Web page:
Ever one to reduce unnecessary workload, I chose to buy calico which had a width such that I could fold the selvedges in to create a no-sew vertical slit. Fabric of 120cm width was suitable for making up 240 of these as giveaway tokens for Canterbury Faire 2017; these market wallets are smaller than the usual, but still large enough to carry a book, your lunch, and a craft project.
For the full-size wallets, calico of 240cm was a goodly size, producing wallets of 120cm in length. Plenty room enough in each pouch for a chicken (cooked or live), a cloak, or a couple of wine sacks.
As for decoration, all the illustrations show them as plain white fabric, most likely linen. No decorations at all. For the Faire ones, we hand-stamped them with a mix of Canterbury Crosses and other stamps in baronial colours, mainly so that people could tell their wallets apart.
The pattern used for the Canterbury Faire market wallet:
According to Lady Jeneur based on the evidence currently available, a more common pattern appears to be this one with a horizontal central slit:
Experimenting with the various patterns and sizes, Lady Jeneur recommends the above pattern as
the best to use, because the slit position makes it easier to access items inside the sack. It also is more amenable to being twisted to secure the slit’s closure.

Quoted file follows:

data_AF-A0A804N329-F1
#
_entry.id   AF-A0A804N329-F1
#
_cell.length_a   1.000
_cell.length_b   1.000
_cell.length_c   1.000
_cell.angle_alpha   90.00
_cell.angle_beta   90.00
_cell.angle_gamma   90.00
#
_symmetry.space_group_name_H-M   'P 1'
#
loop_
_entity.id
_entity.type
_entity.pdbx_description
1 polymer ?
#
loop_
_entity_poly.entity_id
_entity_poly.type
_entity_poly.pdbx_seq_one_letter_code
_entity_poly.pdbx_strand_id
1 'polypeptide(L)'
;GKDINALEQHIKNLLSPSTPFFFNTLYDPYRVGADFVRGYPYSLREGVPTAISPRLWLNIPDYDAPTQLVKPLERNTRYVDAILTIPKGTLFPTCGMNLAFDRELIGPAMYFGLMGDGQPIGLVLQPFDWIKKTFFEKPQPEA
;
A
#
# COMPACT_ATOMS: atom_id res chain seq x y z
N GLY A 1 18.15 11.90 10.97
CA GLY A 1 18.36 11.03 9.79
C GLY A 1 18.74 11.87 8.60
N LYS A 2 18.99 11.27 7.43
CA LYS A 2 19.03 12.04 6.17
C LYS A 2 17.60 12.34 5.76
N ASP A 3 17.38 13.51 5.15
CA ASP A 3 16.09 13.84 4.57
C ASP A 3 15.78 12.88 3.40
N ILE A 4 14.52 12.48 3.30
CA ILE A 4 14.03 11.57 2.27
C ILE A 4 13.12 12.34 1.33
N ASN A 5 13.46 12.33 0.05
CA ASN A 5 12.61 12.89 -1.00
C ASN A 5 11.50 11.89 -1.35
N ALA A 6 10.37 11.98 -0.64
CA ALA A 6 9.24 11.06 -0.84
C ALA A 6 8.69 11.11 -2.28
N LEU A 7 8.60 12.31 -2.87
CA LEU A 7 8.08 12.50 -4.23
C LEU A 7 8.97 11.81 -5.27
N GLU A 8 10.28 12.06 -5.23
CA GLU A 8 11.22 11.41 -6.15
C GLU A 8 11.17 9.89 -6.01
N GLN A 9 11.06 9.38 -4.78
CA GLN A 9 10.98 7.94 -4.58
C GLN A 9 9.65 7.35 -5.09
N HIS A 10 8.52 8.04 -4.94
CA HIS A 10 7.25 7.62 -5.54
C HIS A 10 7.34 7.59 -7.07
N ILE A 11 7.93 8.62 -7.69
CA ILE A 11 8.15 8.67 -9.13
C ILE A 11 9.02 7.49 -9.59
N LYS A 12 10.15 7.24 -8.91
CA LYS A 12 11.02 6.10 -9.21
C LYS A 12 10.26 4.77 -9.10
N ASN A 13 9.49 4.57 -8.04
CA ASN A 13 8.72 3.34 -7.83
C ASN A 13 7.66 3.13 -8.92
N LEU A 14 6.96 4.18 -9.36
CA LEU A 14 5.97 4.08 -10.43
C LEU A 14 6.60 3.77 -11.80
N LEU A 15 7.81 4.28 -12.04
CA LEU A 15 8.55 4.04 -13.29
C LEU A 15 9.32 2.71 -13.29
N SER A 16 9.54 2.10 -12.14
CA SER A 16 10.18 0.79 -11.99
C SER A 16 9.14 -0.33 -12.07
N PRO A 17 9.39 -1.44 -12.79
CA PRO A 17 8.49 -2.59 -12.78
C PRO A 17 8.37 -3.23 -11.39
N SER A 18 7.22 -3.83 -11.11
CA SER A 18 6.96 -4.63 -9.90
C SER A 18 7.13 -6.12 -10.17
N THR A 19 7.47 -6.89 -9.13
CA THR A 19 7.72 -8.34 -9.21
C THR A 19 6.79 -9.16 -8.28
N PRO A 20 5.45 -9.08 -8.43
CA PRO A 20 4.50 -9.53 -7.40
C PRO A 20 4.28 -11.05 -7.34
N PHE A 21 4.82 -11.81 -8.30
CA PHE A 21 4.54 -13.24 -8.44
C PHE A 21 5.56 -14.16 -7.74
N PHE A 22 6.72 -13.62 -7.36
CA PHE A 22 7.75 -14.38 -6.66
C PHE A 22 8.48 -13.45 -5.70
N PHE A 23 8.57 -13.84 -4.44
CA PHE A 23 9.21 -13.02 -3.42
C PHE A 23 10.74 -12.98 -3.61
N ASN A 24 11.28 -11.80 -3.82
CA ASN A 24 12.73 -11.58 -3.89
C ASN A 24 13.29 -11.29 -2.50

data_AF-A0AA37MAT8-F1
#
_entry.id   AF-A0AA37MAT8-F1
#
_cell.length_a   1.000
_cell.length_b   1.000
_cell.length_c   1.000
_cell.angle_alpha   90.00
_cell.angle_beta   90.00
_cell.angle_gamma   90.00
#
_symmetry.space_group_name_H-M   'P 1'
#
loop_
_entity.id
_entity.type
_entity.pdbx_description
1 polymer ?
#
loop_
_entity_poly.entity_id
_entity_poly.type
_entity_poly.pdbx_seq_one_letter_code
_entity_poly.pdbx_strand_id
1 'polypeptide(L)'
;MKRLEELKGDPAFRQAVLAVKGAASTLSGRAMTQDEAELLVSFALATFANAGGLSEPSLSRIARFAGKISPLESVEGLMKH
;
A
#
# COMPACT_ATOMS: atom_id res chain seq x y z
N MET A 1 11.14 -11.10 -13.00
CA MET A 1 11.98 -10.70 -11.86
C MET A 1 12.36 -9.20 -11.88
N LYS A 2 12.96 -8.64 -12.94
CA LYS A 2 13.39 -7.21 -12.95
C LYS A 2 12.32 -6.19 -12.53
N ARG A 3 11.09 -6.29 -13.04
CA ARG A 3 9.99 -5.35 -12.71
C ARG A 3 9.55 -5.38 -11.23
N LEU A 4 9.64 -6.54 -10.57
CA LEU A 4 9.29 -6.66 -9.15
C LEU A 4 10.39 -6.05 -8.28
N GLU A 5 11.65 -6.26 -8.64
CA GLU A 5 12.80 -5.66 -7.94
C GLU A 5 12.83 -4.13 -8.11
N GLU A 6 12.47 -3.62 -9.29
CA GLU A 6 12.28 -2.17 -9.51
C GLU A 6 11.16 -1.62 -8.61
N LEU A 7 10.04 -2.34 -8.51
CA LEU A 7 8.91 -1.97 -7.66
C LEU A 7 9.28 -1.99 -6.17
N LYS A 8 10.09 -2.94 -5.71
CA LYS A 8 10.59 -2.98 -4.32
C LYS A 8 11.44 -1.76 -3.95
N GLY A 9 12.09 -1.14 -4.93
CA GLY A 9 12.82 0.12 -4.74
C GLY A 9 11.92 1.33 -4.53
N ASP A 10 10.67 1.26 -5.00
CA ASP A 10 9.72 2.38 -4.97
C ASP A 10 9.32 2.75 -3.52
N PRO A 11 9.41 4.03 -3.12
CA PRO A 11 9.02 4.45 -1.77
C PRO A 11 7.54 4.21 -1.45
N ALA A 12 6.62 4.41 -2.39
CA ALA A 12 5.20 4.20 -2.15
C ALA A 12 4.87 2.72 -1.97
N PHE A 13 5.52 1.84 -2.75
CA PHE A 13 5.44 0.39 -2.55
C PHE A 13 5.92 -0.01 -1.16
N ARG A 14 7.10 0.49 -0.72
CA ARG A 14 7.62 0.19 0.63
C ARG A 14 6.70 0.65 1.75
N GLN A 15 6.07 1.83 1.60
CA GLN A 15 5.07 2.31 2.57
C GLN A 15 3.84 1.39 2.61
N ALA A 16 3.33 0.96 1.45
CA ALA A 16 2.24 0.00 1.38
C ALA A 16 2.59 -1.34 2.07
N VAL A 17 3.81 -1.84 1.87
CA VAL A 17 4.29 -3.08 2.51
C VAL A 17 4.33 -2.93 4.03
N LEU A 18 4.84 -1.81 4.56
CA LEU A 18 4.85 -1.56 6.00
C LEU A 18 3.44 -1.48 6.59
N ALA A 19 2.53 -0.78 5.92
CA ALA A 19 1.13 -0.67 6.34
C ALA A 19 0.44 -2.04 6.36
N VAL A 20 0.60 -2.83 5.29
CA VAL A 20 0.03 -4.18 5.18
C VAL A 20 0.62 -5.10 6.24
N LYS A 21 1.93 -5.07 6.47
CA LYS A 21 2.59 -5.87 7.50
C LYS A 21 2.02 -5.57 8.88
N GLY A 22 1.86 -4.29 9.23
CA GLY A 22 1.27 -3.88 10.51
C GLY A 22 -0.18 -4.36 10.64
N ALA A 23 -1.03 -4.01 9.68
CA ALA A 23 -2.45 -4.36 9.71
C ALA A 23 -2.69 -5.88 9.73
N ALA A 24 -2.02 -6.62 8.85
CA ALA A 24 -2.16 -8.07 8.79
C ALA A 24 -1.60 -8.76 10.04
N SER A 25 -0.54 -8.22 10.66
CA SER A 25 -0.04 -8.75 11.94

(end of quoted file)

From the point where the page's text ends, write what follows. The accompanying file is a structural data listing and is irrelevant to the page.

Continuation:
Out and About with all Your Stuff:
Teffania's page on market wallets:
Whilja's Corner: F ässing – the Shoulder Bag: https://whiljascorner.wordpress.com/2014/02/06/fassing-the-shoulder-bag/
Wallets and Shoulder-Sacks:
Martebo Sack: 14th C Sweden: http://albrechts.se/carrysack-from-martebo/
Sack with book: 15th C France, Le Roman de la Rose, Bodleian Library: MS. Douce 195, fol. 086v, roll 175A, frame 64
Sack onna Stick: 1470-1480 France Fortune and Poverty in De casibus (BNF Fr. 132, fol. 42v):
Sack over Shoulder: 16th C France: http://visualiseur.bnf.fr/ConsulterElementNum?O=IFN-8100118&E=JPEG&Deb=5&Fin=5&Param=C
Sack onna Stick: English Psalter 1265-1270: http://www.bl.uk/manuscripts/Viewer.aspx?ref=add_ms_50000_f013r
Sack in hand: Boccacio's Decameron, 1401-1500 France; Bibliothèque nationale de France:
Sack inna tree: 1415-1430, France; Hours of Charlotte of Savoy; Pierpont Morgan Library, MS M.1004, fol. 003v: http://corsair.morganlibrary.org/icaimages/1/m1004.003va.jpg
Beastie with Sack: 1415-1430, France, Hours of Charlotte of Savoy; Pierpont Morgan Library, MS M.1004, fol. 39r:
Copyright 2016 by Vicki Hyde. vicki at webcentre.co.nz . Permission is granted for republication in SCA-related publications, provided the author is credited. Addresses change, but a reasonable attempt should be made to ensure that the author is notified of the publication and if possible receives a copy.
If this article is reprinted in a publication, please place a notice in the publication that you found this article in the Florilegium. I would also appreciate an email to myself, so that I can track which articles are being reprinted. Thanks. -Stefan.